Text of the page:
In History: The Last Things Before the Last, first published in English in 1969, Siegfried Kracauer asserted: ‘Small wonder that camera-reality parallels historical reality in terms of its structure, its general constitution. Exactly as historical reality, it is partly patterned, partly amorphous – a consequence, in both cases, of the half-cooked state of our everyday world.’1 There is no doubt Chernysheva is invested in the parallel structural realities of the camera and of history. In her quest to adequately represent something of this current ‘half-cooked state’, she talks freely of her interest in 19th-century Russian realist painters, like Pavel Fedotov and Leonid Solomatkin, and filmmakers Sergei Eisenstein, Dziga Vertov, Alexander Dovzhenko and Andrei Tarkovsky. 

When curator Cosmin Costinas recently asked Chernysheva whether her work could be characterized as nostalgic –a common label for art from the former Soviet Union and its satellite states – she replied that she doesn’t think it is nostalgic for the past, but may be projectively nostalgic, which is, of course, oxymoronic. However, she suggested it would interest her artistically to ‘make the present a point of nostalgia in the future’.2 Given our collective future is likely to be even more overloaded with distracting sensory stimuli, increasingly sophisticated technological interfaces and forms of mediated communication, we might indeed look back with longing at Chernysheva’s art as one that offered us a model of critical sensitivity and awareness toward our present – if only we had been paying attention.

1 Siegfried Kracauer, History: The Last Things Before the Last, ed. Paul Oskar Kristeller, Markus Wiener Publications, Princeton, N.J, 1995, p. 58. First published by Oxford University Press in 1969
2 The interview, titled ‘How Can Realism Be Critical Today?,’ can be viewed at

Vivian Sky Rehberg is a contributing editor of frieze based in Paris, France, and Chair of Critical Studies at École Parsons à Paris. 
Olga Chernysheva lives and works in Moscow, Russia. She has had recent solo exhibitions at 6th Berlin Biennial, Germany; National Museum Cardiff, Wales (both 2010); Foxy Production, New York, USA; and basis voor actuele kunst, Utrecht, The Netherlands  (both 2011).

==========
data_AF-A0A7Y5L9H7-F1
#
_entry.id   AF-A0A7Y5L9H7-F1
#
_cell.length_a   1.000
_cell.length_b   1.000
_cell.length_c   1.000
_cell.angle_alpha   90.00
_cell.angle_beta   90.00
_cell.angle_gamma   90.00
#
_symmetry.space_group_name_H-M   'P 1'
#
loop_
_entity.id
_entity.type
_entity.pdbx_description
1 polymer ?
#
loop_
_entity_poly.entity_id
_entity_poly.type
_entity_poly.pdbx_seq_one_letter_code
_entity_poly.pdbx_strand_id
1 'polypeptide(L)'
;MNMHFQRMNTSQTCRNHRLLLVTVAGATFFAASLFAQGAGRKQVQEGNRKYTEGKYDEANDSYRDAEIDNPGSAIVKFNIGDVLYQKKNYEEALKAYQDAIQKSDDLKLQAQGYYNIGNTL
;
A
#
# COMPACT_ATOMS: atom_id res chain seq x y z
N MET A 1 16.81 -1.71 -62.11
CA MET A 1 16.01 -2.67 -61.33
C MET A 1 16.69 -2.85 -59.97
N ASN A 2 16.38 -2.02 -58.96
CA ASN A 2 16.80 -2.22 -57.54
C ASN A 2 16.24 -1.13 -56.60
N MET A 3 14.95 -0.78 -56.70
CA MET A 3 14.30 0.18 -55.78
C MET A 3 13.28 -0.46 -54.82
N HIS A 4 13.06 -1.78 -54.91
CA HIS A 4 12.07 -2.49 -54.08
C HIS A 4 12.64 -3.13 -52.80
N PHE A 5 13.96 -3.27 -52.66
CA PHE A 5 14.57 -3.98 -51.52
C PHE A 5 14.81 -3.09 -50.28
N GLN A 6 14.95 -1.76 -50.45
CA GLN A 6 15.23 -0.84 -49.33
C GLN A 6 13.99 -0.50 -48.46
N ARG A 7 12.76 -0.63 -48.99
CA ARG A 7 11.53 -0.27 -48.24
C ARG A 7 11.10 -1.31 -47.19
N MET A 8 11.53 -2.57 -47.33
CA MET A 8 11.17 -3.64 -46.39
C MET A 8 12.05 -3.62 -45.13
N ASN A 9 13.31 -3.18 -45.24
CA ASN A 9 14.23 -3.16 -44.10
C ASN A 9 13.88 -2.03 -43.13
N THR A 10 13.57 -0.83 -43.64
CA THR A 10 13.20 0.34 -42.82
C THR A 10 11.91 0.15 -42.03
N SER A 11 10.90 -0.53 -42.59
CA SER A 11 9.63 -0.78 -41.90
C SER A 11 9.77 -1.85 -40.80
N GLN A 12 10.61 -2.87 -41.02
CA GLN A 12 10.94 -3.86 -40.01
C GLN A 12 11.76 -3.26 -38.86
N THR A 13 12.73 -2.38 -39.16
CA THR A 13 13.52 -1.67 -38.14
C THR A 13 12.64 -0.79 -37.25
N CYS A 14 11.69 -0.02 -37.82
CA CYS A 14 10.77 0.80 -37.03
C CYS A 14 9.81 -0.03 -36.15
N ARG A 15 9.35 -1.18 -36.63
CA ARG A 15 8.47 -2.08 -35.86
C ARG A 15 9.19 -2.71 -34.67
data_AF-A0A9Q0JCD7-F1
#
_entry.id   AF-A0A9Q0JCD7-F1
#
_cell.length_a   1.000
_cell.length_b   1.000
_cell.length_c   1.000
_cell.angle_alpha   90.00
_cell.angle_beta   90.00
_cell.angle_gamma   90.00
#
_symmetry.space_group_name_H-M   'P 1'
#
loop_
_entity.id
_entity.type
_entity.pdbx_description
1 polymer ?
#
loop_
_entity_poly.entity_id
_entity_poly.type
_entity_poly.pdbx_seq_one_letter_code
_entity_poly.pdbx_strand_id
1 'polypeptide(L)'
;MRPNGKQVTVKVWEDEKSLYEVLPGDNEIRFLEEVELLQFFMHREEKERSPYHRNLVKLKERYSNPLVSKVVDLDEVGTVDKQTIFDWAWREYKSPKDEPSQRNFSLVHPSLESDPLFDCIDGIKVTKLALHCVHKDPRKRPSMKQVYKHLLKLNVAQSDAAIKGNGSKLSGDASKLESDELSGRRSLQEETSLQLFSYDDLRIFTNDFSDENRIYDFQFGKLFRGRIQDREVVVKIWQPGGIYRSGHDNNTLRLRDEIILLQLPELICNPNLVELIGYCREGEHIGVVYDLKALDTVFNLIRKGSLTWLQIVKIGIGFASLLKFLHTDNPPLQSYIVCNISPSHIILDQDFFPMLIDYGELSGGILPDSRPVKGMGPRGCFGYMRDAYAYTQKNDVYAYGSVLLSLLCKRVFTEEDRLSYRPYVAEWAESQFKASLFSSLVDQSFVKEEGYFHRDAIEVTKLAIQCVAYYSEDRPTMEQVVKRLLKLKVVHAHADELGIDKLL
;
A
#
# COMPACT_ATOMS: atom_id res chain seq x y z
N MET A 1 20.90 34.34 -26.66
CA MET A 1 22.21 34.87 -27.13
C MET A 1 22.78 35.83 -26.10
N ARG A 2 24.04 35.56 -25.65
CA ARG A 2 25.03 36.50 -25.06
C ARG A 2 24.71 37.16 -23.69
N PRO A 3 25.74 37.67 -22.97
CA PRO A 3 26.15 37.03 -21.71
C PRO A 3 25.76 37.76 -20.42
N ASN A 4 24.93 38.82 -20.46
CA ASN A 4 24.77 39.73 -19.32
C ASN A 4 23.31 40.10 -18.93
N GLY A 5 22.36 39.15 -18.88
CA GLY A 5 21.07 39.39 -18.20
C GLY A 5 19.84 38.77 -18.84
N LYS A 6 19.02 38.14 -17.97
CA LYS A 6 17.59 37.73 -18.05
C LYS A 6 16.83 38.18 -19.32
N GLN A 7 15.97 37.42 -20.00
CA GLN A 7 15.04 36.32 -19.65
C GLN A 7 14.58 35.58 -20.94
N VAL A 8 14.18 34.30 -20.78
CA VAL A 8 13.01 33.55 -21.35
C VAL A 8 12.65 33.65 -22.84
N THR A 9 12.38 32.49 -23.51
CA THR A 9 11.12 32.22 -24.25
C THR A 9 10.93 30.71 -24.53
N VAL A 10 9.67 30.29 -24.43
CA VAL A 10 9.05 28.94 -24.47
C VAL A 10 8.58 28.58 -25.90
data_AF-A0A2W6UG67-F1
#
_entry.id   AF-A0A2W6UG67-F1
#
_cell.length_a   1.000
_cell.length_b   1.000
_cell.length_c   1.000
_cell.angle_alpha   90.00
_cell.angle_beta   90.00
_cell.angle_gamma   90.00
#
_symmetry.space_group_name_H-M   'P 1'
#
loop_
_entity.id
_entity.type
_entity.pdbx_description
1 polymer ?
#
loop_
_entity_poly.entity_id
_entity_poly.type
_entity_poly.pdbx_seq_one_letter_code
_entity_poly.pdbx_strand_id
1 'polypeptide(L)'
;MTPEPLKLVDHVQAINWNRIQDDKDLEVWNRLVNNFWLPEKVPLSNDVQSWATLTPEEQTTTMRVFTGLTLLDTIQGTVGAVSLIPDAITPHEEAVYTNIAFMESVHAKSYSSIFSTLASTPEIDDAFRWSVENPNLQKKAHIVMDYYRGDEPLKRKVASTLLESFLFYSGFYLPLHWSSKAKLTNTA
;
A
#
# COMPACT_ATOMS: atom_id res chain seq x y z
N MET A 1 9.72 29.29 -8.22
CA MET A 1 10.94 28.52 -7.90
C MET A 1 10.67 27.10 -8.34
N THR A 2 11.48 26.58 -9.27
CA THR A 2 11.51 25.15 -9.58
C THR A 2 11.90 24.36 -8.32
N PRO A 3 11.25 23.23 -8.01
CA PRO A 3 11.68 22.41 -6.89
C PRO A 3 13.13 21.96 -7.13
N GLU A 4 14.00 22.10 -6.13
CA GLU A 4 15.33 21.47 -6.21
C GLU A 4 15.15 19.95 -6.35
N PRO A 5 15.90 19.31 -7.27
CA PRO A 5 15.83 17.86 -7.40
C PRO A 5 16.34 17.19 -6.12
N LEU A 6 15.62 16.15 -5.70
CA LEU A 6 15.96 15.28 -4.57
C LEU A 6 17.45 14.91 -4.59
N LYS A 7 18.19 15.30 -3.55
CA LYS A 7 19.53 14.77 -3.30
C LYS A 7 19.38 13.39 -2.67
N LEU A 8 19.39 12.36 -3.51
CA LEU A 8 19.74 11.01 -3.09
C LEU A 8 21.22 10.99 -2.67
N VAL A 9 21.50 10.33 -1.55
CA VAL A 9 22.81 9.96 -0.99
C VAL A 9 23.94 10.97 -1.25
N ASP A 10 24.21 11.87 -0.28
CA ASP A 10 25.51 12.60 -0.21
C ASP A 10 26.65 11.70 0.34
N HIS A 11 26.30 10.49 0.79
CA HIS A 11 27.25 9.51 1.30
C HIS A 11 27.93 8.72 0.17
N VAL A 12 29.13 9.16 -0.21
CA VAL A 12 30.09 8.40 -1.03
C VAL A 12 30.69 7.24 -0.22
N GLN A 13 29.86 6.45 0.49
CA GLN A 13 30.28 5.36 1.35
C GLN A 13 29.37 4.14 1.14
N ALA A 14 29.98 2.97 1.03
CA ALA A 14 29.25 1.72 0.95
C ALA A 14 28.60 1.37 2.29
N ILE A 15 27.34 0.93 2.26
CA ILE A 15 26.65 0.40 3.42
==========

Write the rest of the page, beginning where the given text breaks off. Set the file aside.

This article was first published in Frieze Magazine in October 2011. The text is reproduced here courtesy of Galerie Volker Diehl. 

A full text of the original article with images can be found here:

Frieze Magazine, October 2011 (for subscribers only)

Saturday, 29 October 2011

Exhibition opens: 'Building the Revolution: Soviet Art & Architecture 1915-1935'

October 29th sees the opening of a new exhibition at the Royal Academy in London. The show examines Russian avant-garde architecture made during a brief but intense period of design and construction that took place from c.1922 to 1935. Fired by the Constructivist art that emerged in Russia from c.1915, architects transformed this radical artistic language into three dimensions, creating structures whose innovative style embodied the energy and optimism of the new Soviet Socialist state.

The drive to forge a new Socialist society in Russia encouraged synthesis between radical art and architecture. This creative reciprocity was reflected in the engagement with architectural ideas and projects of such artists as Kazimir Malevich, Vladimir Tatlin, Liubov Popova, El Lizzitsky, Ivan Kluin and Gustav Klucis, and in designs by such architects as Konstantin Melnikov, Moisei Ginsburg, Ilia Golosov and the Vesnin brothers, as well as Le Corbusier and Erich Mendelsohn, European architects who were draughted in to help shape the new utopia.

The exhibition juxtaposes large-scale photographs of extant buildings with relevant Constructivist drawings and paintings, vintage photographs and periodicals. Many of the works have never been shown in the UK before.